Myelin sheaths in the vertebrate nervous system enable faster impulse propagation, while myelinating glia provide vital support to axons. Once considered a static insulator, converging evidence now suggests that myelin in the central nervous system can be dynamically regulated by neuronal activity and continues to participate in nervous system plasticity beyond development. While the link between experience and myelination gains increased recognition, it is still unclear what role such adaptive myelination plays in facilitating and shaping behaviour. Additionally, fundamental mechanisms and principles underlying myelin remodelling remain poorly understood. In this review, we will discuss new insights into the link between myelin plasticity and behaviour, as well as mechanistic aspects of myelin remodelling that may help to elucidate this intriguing process.

  • Routine screening in the general hospital: What happens after discharge to those identified as at risk of dementia?

    3 July 2018

    © Royal College of Physicians 2017. All rights reserved. Cognitive screening is recommended for older patients with unplanned hospital admission. We determined rates of reassessment/specialist memory referral after routine inclusion of at risk of dementia status in discharge documentation to primary care. Questionnaires were sent to relevant GP practices on consecutive patients aged ≥75 years identified as at risk and discharged 6 months earlier. Among 53 patients (mean age ±SD = 87.3±6.0 years, mean±SD Abbreviated Mental Test Score = 4.4±2.7), 49 (92%) patients had been reviewed since discharge, and 12/43 (28%) without previously known cognitive problem had had a cognitive reassessment. The most common reasons for non-assessment/referral included clinical factors (eg terminal illness/comorbidities) (n=15) and patient/ family wishes (n=5) and that confusion was expected in unwell older patients (n=5). Routine cognitive reassessment/specialist referral appears unjustified in patients identified as at risk of dementia during unplanned hospital admission. However, the prognostic value of delirium/confusion in acute illness is under-recognised and could be used to highlight those at risk.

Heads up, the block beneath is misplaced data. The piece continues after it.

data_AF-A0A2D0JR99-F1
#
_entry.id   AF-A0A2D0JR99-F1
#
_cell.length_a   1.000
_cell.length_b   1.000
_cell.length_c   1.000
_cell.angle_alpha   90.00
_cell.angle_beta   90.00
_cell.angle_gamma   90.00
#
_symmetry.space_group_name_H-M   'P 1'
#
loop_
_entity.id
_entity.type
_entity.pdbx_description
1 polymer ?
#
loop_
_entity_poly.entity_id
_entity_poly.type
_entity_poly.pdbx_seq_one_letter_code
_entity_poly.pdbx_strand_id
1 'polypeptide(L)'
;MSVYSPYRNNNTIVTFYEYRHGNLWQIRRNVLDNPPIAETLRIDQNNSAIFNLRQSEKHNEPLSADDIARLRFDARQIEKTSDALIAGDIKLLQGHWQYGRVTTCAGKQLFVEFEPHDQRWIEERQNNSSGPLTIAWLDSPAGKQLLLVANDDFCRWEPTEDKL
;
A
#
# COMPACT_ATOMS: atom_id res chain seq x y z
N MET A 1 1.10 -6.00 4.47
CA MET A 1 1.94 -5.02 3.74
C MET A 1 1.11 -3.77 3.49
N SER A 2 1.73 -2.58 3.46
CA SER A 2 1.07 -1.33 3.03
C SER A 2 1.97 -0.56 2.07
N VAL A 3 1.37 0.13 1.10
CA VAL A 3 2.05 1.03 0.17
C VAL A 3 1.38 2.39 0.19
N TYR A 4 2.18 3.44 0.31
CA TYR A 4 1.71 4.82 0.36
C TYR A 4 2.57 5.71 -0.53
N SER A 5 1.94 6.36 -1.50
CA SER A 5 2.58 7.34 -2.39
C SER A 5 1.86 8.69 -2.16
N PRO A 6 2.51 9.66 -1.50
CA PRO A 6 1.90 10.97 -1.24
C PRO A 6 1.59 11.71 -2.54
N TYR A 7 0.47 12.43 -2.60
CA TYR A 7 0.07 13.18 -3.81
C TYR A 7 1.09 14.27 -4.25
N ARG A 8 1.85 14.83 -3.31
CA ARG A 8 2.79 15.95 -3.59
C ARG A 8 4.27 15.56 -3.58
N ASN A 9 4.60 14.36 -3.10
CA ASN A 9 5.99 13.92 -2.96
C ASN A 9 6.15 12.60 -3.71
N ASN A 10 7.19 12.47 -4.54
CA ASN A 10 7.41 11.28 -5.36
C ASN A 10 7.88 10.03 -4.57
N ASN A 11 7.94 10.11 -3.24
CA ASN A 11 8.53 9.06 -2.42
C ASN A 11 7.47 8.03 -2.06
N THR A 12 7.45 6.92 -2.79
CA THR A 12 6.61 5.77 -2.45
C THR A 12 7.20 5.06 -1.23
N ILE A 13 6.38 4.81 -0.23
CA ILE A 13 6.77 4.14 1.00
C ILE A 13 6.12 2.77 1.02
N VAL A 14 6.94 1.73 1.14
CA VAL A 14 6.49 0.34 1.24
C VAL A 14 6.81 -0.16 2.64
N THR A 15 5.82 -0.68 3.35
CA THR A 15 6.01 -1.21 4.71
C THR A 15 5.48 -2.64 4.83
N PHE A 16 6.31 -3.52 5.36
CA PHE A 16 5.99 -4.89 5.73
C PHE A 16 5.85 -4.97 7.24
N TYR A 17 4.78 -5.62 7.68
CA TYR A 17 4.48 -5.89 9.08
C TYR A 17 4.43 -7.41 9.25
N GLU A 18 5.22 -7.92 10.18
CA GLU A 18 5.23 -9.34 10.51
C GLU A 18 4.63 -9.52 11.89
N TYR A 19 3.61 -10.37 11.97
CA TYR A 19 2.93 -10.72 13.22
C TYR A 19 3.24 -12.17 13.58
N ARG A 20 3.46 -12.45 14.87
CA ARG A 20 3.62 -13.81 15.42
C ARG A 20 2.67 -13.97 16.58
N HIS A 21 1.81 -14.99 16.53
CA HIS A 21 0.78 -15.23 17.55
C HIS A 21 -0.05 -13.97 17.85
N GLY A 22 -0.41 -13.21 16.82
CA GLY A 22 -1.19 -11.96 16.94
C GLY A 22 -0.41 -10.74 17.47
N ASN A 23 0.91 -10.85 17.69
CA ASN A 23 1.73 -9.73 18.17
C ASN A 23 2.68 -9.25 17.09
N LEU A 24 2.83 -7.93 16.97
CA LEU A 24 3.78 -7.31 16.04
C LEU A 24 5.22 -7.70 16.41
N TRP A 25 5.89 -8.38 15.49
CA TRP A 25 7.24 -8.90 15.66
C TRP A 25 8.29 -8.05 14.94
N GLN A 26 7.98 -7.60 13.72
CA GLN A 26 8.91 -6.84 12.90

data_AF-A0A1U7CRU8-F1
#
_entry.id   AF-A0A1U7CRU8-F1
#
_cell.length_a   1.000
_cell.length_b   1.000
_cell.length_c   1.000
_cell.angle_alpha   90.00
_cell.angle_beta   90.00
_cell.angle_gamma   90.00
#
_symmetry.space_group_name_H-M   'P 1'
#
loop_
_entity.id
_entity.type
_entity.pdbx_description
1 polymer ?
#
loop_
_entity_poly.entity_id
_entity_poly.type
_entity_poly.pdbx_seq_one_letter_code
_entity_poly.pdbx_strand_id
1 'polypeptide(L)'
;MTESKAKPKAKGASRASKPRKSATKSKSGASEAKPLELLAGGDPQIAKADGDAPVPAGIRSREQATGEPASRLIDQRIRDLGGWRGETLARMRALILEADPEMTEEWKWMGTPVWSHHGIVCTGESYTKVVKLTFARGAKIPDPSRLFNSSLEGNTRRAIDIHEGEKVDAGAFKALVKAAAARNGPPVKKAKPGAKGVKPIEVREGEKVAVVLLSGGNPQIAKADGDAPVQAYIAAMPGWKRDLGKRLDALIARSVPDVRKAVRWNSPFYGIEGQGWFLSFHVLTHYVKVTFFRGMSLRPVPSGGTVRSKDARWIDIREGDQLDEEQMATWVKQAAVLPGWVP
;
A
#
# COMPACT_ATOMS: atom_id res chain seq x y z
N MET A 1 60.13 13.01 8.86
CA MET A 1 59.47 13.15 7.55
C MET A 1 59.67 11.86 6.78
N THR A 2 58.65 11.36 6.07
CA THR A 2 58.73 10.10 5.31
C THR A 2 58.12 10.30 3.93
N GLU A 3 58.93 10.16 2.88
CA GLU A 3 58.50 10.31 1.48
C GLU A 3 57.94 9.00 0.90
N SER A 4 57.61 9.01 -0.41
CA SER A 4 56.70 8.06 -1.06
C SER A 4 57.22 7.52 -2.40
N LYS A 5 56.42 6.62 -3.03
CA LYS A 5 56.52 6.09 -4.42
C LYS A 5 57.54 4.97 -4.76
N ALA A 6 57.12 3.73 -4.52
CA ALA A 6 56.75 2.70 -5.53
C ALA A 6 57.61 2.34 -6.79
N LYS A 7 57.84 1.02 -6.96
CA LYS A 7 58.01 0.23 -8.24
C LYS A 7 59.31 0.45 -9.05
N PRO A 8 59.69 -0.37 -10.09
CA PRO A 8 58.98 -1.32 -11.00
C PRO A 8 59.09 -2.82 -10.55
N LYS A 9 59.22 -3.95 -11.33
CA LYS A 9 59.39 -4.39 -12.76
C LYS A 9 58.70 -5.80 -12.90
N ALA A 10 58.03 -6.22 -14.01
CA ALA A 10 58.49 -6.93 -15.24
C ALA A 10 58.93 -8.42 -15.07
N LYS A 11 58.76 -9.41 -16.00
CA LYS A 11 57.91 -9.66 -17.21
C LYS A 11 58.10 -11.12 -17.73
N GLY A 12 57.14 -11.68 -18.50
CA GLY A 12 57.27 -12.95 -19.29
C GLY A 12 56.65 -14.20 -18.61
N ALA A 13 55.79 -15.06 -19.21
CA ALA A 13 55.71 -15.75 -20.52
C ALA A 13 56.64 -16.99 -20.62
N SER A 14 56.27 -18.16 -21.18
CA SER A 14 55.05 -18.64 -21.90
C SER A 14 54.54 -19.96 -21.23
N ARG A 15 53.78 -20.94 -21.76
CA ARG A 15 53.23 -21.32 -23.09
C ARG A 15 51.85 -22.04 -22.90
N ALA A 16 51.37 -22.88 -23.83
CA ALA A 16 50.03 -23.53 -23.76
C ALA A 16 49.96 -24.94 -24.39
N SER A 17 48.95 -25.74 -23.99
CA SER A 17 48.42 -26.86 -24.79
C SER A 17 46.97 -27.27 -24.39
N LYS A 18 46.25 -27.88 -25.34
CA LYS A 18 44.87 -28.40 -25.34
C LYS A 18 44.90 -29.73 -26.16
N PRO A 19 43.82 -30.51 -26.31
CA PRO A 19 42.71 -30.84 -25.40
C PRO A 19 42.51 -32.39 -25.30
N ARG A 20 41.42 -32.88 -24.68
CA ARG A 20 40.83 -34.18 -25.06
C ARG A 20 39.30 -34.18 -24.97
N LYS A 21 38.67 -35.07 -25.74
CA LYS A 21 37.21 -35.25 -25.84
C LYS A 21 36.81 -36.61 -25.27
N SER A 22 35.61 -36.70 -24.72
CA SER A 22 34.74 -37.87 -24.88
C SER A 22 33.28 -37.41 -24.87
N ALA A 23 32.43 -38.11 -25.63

• Increased rostral anterior cingulate activity following positive mental imagery training in healthy older adults.

    3 July 2018

    The ability to form positive mental images may be an important aspect of mental health and well-being. We have previously demonstrated that the vividness of positive prospective imagery is increased in healthy older adults following positive imagery cognitive training. The rostral anterior cingulate cortex (rACC) is involved in the simulation of future affective episodes. Here, we investigate the effect of positive imagery training on rACC activity during the imagination of novel, ambiguous scenarios vs closely matched control training. Seventy-five participants received 4 weeks of positive imagery or control training. Participants underwent a functional magnetic resonance imaging scan, during which they completed an Ambiguous Sentences Task, which required them to form mental images in response to cues describing ambiguous social events. rACC activity was positively correlated with the pleasantness ratings of images formed. Positive imagery training increased rACC and bilateral hippocampal activity compared with the control training. Here, we demonstrate that rACC activity during positive imagery can be changed by the cognitive training. This is consistent with other evidence that this training enhances the vividness of positive imagery, and suggests the training may be acting to increase the intensity and affective quality of imagery simulating the future.